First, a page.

The Burnsville City Council has approved a plan to enlarge the Burnsville Sanitary Landfill, a move that would raise the massive mound on the Minnesota River to a height well above that of the 272-foot-tall U.S. Bank Stadium.
Waste Management wants to expand the landfill by 26 million cubic yards, including solid waste from the nearby Freeway Transfer landfill. The plan is opposed by many officials and residents across the river in Bloomington, who worry about unsightliness, odor and water pollution.
The council approved the plan with 35 conditions that Waste Management must meet, including a certificate of need from the state.
Council again rejects plan for old Armory
Citing concerns over parking, the Stillwater City Council has again rejected a plan to remodel the historic National Guard Armory into apartments, office space and potentially a distillery or brewery.
The council had denied a similar reuse plan in February over concerns about the compact size of parking spaces planned for the indoor garage in the building’s lower level.
The owner, CVII Holdings, revised the indoor parking layout in its request for another conditional use permit, which was approved by the Planning Commission. But the council voted 3-2 to deny the permit.
CVII paid $610,000 last year for the 96-year-old building on E. Chestnut Street, with plans to turn it into office and commercial space. But the council’s long-term plans for downtown parking have restricted its redevelopment options.
Board adds $250K to budget for Chomonix
Anoka County is putting more money into its budget to upgrade Chomonix Golf Course in Lino Lakes.
The County Board recently agreed to pull $250,000 from the county’s asset preservation fund for upgrades at the clubhouse and to replace golf course equipment, including about $89,000 for clubhouse siding and $40,000 for restroom work. The county also is moving ahead with hiring new management and bringing in a golf industry consultant.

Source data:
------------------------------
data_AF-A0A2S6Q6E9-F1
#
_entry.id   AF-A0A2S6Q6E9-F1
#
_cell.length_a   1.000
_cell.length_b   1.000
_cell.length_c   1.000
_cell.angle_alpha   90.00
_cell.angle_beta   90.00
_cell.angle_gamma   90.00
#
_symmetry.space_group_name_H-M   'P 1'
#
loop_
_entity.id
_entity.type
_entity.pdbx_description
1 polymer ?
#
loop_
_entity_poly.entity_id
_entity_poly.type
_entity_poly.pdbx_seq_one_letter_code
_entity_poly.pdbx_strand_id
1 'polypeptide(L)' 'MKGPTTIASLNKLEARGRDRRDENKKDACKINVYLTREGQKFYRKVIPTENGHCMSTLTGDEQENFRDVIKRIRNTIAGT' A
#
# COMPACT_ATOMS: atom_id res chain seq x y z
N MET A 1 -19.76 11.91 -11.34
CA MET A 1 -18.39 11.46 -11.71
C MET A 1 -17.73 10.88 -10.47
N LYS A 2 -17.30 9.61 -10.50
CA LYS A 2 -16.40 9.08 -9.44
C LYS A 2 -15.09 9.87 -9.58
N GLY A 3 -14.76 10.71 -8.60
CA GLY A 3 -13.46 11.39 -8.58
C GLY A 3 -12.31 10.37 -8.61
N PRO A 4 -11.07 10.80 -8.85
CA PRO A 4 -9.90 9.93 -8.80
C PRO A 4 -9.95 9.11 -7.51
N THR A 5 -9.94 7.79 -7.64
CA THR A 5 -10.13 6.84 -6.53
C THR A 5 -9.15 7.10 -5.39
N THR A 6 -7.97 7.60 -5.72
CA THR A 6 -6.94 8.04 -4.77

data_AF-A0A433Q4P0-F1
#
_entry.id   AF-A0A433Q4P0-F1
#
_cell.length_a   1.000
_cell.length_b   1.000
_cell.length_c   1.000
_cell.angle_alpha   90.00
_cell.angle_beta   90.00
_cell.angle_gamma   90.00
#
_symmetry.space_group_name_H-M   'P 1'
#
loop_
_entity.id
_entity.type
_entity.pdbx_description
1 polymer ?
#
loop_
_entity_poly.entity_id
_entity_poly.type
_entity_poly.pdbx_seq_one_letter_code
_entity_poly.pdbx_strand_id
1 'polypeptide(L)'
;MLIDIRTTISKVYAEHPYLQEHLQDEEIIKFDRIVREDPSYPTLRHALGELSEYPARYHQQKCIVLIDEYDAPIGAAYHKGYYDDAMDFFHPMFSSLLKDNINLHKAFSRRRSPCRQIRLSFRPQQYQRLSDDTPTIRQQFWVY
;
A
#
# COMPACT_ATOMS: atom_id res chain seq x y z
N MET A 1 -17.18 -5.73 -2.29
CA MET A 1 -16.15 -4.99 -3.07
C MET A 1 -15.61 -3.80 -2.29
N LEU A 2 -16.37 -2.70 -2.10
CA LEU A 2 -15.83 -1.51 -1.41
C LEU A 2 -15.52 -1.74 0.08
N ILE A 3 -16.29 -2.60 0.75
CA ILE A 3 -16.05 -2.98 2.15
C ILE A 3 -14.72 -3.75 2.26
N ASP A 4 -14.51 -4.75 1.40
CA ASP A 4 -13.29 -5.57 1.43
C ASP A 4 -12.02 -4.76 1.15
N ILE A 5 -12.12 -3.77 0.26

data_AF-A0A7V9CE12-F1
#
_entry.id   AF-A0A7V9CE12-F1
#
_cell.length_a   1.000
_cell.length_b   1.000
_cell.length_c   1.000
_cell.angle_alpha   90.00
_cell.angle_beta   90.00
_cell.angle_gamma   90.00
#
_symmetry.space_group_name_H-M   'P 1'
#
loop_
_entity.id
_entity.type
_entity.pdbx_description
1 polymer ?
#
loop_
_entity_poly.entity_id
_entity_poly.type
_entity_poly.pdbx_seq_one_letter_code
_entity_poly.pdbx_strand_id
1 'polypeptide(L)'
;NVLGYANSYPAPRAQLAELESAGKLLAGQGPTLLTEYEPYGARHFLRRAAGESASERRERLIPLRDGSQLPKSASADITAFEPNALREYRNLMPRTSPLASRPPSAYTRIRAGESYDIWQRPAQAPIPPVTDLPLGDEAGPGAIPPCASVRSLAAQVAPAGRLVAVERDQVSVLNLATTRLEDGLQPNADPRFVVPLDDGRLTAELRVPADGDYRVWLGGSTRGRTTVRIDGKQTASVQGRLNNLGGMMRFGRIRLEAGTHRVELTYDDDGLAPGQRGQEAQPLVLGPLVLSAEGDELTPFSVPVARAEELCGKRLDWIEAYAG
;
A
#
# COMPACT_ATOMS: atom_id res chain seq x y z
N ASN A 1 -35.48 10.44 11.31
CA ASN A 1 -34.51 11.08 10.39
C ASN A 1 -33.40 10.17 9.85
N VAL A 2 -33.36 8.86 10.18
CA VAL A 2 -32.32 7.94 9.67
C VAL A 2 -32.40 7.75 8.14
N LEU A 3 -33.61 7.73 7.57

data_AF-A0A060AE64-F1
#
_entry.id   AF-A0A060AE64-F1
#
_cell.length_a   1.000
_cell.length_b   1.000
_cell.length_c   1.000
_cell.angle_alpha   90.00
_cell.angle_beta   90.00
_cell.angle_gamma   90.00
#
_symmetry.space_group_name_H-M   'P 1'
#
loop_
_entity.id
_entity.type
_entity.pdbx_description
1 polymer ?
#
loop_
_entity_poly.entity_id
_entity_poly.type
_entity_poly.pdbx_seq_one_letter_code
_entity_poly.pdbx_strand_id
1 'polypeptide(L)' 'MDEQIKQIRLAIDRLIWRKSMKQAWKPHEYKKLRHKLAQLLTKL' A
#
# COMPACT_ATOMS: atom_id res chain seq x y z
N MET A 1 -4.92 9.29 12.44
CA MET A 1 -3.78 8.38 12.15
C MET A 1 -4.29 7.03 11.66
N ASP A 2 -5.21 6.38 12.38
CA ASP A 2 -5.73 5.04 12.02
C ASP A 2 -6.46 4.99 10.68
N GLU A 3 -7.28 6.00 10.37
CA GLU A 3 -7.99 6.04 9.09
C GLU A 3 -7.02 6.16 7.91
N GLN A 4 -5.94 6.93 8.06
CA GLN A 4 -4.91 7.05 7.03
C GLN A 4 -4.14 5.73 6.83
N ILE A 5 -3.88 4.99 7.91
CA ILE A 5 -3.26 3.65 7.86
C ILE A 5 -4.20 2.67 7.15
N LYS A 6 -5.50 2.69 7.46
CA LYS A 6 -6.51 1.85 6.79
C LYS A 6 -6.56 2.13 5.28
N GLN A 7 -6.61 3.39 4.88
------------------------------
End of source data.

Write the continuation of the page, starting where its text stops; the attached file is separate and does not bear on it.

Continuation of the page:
Commissioners have been weighing the course’s fate after learning that it had a net operating deficit of nearly $642,000 from 2014 to 2018. They decided last month to keep the course open three more years to see if it can be turned around.
Chomonix needs about $1 million in upgrades over the next five years, according to county staff.
LONG LAKE CREEK
District gets $112K to boost water quality
The Minnehaha Creek Watershed District has received a grant to improve water quality in the Long Lake Creek subwatershed.
The $112,000 grant was awarded by the Minnesota Board of Soil and Water Resources, in collaboration with nearby cities and the Long Lake Waters Association.
Long Lake, Wolsfeld Lake, School Lake and Holy Name Lake are among area lakes with impaired water, said district official Brian Beck.
The district will study the best methods for keeping excessive nutrients out of the water, which happens when surrounding areas are developed. The nutrients disturb a lake’s natural ecosystem.